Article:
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Citigroup’s chief executive has knocked back the idea of big banks being split up after calls from people such as his predecessor Sandy Weill.
Vikram Pandit said Citi, formed in Mr Weill’s time with mergers such as the acquisition of Travelers in 1998, had already gone back to the basics of banking, and aside from some global markets businesses had sold most of the units from that deal.
“What’s left here is essentially the old Citicorp,” he told the Financial Times. “That’s a tried and proven strategy. Why did it work? Because it was a strategy based upon operating the business and serving clients and not a strategy based on dealmaking. That’s the fundamental difference.”
The transformative Citi purchases helped end the Glass-Steagall separation of retail and investment banks in the US.
Under Mr Pandit the bank has been pushing through the sale of $600bn in assets, and 60 different businesses.
Mr Pandit said Citigroup was now set to glean the majority of its business from emerging markets, with Asian and Latin American consumers and trade between those regions and Africa driving growth.
He said Citi took almost 50 per cent of its business from emerging markets and it was “banking on the fact that the growth story is intact” for Asia and the southern hemisphere broadly, despite the slowdown in China.
Citigroup’s hopes for emerging markets growth come as it continues to clean up the non-core assets held in its Citi Holdings unit, which have brought almost $2bn of losses so far this year, compared with $5.9bn of first-half profits for the group overall. It also faces a potential charge on the value of its stake in its brokerage joint venture with Morgan Stanley depending on the outcome of a third-party valuation due this month.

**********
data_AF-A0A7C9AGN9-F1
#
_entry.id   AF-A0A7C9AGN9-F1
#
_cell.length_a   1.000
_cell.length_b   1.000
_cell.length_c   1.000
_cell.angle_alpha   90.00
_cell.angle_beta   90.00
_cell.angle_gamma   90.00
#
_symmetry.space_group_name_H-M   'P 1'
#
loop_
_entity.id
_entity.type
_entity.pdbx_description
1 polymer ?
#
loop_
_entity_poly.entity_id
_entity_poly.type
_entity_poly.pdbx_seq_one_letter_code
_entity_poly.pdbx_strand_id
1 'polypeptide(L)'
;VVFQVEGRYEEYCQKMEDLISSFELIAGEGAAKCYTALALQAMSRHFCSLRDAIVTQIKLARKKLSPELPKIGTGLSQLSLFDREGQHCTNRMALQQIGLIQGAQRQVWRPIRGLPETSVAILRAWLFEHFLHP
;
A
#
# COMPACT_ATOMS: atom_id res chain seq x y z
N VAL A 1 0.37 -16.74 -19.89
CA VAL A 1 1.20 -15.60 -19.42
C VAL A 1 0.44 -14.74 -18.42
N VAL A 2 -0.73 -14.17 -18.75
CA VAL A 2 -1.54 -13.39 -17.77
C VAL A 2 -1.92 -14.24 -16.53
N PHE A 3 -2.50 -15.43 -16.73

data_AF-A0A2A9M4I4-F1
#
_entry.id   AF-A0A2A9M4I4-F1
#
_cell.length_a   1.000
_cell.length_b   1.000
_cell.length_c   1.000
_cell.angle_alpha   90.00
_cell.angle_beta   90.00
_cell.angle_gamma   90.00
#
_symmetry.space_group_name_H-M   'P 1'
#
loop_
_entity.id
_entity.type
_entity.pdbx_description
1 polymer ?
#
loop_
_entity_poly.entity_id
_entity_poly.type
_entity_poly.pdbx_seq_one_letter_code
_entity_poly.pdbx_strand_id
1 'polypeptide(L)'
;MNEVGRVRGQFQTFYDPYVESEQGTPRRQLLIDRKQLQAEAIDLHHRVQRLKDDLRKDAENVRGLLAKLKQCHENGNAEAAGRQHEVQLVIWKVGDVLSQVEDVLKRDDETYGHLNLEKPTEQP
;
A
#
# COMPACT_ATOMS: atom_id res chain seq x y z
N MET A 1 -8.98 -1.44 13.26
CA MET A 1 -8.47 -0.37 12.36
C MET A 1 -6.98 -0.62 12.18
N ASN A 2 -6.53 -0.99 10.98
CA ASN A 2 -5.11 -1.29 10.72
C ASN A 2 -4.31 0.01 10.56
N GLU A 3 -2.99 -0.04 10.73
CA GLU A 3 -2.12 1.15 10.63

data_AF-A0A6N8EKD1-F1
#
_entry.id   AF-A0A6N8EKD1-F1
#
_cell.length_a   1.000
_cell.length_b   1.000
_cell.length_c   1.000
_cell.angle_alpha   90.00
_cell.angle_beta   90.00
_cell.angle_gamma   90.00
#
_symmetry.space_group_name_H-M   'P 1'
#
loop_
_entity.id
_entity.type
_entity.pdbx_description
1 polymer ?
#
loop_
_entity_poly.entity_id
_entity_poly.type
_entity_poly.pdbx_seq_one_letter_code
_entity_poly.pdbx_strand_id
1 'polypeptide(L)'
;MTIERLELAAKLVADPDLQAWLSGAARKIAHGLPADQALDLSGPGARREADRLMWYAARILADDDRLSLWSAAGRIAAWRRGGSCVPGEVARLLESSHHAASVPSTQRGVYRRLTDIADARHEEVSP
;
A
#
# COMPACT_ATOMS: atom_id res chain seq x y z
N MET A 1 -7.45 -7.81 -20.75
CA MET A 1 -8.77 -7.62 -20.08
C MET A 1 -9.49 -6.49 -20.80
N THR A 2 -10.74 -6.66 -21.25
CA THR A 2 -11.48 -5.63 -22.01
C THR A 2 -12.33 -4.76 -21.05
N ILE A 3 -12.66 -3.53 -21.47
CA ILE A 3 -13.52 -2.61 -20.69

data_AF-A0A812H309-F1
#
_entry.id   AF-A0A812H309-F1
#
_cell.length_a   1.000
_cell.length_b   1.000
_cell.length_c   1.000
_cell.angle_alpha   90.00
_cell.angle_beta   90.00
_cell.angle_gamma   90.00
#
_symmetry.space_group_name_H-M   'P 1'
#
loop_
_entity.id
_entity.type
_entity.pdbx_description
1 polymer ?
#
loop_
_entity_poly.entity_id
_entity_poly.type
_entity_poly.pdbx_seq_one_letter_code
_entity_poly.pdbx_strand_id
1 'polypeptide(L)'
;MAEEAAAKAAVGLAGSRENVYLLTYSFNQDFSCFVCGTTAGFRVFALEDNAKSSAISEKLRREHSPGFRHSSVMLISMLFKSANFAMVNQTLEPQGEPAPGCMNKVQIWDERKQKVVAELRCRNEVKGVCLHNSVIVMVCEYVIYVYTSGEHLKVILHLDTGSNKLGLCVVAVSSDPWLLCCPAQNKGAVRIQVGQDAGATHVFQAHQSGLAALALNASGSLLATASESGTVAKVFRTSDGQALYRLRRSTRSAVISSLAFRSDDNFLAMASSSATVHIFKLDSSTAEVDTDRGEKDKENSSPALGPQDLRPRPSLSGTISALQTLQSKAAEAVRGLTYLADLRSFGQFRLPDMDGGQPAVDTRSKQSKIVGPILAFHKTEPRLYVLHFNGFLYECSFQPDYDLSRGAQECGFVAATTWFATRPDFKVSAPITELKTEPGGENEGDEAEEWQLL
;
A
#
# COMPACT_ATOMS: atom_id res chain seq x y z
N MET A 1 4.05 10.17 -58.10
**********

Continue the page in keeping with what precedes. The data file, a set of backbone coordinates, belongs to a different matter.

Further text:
Citigroup likes to point out that in some periods, such as the recent second quarter, profits in Asia alone have outstripped the global earnings of pure investment banks such as Morgan Stanley and Goldman Sachs.
The bank has continued its push in China, where it has just launched a securities joint venture with Orient Securities in Shanghai and is about to issue the first own-brand credit card from a global bank. BEA of Hong Kong is the only other non-Chinese bank allowed to issue credit cards.
Mr Pandit said the emergence of new corporate champions outside the developed world and their trade and investment in other emerging markets was likely to lead to the bank seeing the share of its business from emerging markets increase from near 50 per cent, where it stands currently, to become the majority.
“When you look at our business, the biggest growth trend is in our ability and our requirement to serve those emerging-market multinationals in the way we used to serve and continue to serve some of the developed-market multinationals,” he said.